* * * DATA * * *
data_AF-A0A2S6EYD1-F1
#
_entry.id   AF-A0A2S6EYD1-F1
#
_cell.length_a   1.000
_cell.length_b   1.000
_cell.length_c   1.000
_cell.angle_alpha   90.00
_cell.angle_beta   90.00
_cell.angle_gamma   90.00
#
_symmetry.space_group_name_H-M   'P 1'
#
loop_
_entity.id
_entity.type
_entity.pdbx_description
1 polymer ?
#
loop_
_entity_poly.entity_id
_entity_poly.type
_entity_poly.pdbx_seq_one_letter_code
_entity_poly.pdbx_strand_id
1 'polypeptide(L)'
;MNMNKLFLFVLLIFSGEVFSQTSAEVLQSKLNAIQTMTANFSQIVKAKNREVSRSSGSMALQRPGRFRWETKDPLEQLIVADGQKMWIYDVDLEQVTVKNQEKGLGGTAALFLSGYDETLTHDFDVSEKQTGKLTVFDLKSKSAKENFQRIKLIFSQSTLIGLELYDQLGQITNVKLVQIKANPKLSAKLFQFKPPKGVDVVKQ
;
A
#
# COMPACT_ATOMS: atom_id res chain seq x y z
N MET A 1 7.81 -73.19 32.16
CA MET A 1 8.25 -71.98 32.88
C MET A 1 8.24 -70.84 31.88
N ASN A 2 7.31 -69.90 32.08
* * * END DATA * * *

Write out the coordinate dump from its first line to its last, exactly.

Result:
data_AF-A0A2S6EYD1-F1
#
_entry.id   AF-A0A2S6EYD1-F1
#
_cell.length_a   1.000
_cell.length_b   1.000
_cell.length_c   1.000
_cell.angle_alpha   90.00
_cell.angle_beta   90.00
_cell.angle_gamma   90.00
#
_symmetry.space_group_name_H-M   'P 1'
#
loop_
_entity.id
_entity.type
_entity.pdbx_description
1 polymer ?
#
loop_
_entity_poly.entity_id
_entity_poly.type
_entity_poly.pdbx_seq_one_letter_code
_entity_poly.pdbx_strand_id
1 'polypeptide(L)'
;MNMNKLFLFVLLIFSGEVFSQTSAEVLQSKLNAIQTMTANFSQIVKAKNREVSRSSGSMALQRPGRFRWETKDPLEQLIVADGQKMWIYDVDLEQVTVKNQEKGLGGTAALFLSGYDETLTHDFDVSEKQTGKLTVFDLKSKSAKENFQRIKLIFSQSTLIGLELYDQLGQITNVKLVQIKANPKLSAKLFQFKPPKGVDVVKQ
;
A
#
# COMPACT_ATOMS: atom_id res chain seq x y z
N MET A 1 7.81 -73.19 32.16
CA MET A 1 8.25 -71.98 32.88
C MET A 1 8.24 -70.84 31.88
N ASN A 2 7.31 -69.90 32.08